Akko Knights’ Halls

BY Joel Haber   DATE 30/03/2015

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When the Crusader knights traversed Europe nearly 1000 years ago, their target was always the land of Israel. Therefore, while they left their mark on many areas across the European continent, the concentration of Crusader-era sites throughout this small country are unparalleled. Fortresses and churches dot Israel’s landscape, and the interested tourist can even visit smaller Crusader-era homesteads.

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However, no site in Israel, or perhaps in the entire world, can provide a better window onto life during Crusader times than the Old City of Akko. Akko (or Acre as it is sometimes written in English) may be the only place in the world where one can walk through the many divided sections of a full Crusader city. There, one can open a window onto the tension that divided the various segments of the population: different orders of holy knights, seafaring mercantile warriors from rival Italian city republics, and tens of churches.

A large portion of any visit to Akko’s old city should be spent in the Knights’ Halls. The largest area in the city to be uncovered, excavated and restored over the past 20 years, the Knights’ Halls now reveal 25,000 m2 of a complete Crusader knight fortress. 40 million dollars have been invested to allow tourists to wander through the various sections, learning about everyday life for these Medieval holy knights, visiting such rooms as their sleeping quarters, dining hall, infirmary, secret tunnels and even a latrine.

The fortress once belonged to the Order of the Knights of Saint John, better known as the Knights Hospitaller. As their name suggests, these knights handled hospitality and hospitals for the many Catholic pilgrims visiting the Holy Land at this time. As opposed to their contemporaries, the Knights Templar, who started as knights and only later became a holy order, the Hospitallers’s infirmary began first, and they were only later militarized into an order of knights.

The independent traveler can easily explore the halls using an audio guide (recorded in 10 different languages) that activates movies at various stations spread throughout the complex. Three walking tour routes wind their way through the site: a longer, a shorter and a wheelchair accessible one.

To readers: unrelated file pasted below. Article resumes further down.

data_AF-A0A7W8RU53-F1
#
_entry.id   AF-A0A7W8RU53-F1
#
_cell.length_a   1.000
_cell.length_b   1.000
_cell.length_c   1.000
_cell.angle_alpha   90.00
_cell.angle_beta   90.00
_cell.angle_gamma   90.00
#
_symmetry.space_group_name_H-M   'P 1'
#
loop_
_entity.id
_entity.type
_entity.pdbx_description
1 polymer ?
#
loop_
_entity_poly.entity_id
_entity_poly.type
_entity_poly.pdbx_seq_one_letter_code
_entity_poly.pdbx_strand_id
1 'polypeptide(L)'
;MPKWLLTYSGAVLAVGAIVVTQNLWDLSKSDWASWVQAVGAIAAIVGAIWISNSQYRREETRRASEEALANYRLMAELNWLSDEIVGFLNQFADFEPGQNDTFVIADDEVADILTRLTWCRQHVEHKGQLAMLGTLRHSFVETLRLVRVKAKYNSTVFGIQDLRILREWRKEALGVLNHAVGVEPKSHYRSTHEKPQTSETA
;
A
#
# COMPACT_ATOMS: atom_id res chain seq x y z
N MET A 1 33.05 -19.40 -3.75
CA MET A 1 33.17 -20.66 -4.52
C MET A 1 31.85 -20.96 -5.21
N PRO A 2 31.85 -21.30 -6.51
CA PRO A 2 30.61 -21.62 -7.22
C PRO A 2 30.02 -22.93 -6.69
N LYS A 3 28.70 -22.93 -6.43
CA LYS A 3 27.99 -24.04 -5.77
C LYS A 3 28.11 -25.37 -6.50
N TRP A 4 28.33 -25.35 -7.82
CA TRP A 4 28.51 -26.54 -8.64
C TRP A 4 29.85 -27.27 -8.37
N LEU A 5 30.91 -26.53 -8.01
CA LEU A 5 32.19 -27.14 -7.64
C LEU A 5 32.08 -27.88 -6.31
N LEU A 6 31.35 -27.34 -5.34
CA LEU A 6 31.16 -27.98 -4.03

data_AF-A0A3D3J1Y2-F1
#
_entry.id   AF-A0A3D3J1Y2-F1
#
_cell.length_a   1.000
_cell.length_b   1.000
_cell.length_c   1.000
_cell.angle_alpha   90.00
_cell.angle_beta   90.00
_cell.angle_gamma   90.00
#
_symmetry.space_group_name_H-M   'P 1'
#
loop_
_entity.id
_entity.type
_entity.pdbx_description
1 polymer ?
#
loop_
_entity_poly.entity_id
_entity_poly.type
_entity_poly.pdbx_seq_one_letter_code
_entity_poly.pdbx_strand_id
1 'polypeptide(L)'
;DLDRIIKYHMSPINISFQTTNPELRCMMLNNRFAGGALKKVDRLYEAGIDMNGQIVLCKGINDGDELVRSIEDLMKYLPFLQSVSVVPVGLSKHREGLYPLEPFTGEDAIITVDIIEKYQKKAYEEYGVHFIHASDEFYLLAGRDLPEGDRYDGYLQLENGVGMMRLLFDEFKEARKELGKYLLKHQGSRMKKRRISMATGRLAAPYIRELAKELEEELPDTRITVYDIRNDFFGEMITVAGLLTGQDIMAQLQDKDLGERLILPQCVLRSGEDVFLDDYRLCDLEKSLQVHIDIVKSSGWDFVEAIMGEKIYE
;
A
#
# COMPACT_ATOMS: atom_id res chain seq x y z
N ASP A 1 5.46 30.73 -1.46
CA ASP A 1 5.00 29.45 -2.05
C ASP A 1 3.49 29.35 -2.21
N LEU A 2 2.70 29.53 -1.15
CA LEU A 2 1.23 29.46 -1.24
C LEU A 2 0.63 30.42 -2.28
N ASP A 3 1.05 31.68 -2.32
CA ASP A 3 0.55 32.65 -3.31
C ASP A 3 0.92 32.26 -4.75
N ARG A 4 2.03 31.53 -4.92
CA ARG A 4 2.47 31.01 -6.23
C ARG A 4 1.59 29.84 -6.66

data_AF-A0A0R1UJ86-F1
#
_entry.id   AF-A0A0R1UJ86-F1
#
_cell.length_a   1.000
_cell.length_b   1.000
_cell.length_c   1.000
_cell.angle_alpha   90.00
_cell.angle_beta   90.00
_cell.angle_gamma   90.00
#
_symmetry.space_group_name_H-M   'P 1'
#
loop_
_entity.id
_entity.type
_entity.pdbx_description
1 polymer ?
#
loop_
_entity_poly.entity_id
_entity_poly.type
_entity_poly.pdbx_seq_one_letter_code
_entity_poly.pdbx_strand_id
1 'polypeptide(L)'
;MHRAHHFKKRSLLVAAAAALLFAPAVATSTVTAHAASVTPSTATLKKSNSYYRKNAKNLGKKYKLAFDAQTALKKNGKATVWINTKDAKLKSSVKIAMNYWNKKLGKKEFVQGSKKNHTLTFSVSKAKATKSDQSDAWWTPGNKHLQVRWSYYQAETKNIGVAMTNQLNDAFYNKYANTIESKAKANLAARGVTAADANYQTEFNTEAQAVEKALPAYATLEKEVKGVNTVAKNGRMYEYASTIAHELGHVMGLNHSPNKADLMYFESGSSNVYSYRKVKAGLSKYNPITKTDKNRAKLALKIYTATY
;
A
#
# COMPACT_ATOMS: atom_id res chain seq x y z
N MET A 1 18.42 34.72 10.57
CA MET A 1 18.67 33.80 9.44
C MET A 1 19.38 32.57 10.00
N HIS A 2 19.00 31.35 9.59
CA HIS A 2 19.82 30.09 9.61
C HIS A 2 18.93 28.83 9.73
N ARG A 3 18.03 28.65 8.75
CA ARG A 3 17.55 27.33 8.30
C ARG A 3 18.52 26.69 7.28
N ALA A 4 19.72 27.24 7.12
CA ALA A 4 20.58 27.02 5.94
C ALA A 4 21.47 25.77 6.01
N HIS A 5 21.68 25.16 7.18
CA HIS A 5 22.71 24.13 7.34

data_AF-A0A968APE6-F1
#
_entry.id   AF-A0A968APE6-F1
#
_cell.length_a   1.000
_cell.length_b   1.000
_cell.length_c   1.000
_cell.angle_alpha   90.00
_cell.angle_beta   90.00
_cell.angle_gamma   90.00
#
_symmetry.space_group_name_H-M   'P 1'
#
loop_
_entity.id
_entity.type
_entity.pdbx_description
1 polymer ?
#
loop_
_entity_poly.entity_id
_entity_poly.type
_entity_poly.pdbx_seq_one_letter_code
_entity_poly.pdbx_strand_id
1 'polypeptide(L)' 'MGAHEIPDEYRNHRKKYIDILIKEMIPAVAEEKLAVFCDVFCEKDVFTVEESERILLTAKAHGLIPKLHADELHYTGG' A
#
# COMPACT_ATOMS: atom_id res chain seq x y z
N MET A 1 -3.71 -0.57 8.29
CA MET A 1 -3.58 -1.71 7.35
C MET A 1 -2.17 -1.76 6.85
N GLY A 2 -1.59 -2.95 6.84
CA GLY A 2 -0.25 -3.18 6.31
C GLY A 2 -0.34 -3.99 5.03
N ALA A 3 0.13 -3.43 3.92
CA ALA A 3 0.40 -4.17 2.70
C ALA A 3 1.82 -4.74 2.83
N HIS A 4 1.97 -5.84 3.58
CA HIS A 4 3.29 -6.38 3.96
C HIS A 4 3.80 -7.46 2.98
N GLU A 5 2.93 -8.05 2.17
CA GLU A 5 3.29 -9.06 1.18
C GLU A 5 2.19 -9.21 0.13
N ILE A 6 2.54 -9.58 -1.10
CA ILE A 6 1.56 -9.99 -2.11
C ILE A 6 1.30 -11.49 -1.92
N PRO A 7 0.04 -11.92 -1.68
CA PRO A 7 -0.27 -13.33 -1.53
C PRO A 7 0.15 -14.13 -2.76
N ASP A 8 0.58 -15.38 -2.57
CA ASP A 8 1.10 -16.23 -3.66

The newest change in the Knights’ Halls is the addition of various recreations and activities that bring the site to life. Within one of the largest halls, a series of stalls houses period-accurate artisans. You can see a blacksmith at work creating metal tools alongside a glass blower’s more delicate craft work. The perfume maker’s booth might suggest how these people were able to bear the smell in a place and time certainly not known for its hygiene. Other stops show how oil and the various colorful cloths at the time were made.

One of the other recent changes is the return of the refectory, or dining hall, to its original purpose. The hall now offers Crusader-style meals, but the place really comes alive at night, with music, actors and jousting knights in the courtyard. While this all may sound like a run-of-the-mill Renaissance Fair, the truth is that to experience this all in the authentic surroundings of a Crusader fortress raises the level of the activity beyond the mere entertaining to a more authentic recreation.

After visiting the Knights’ Halls, there are many other great sites to visit in Akko connected with the Crusaders. Among others, do not miss the secret tunnel of the Knights Templar, and the site of their former fortress as well.

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Written by  Joel Haber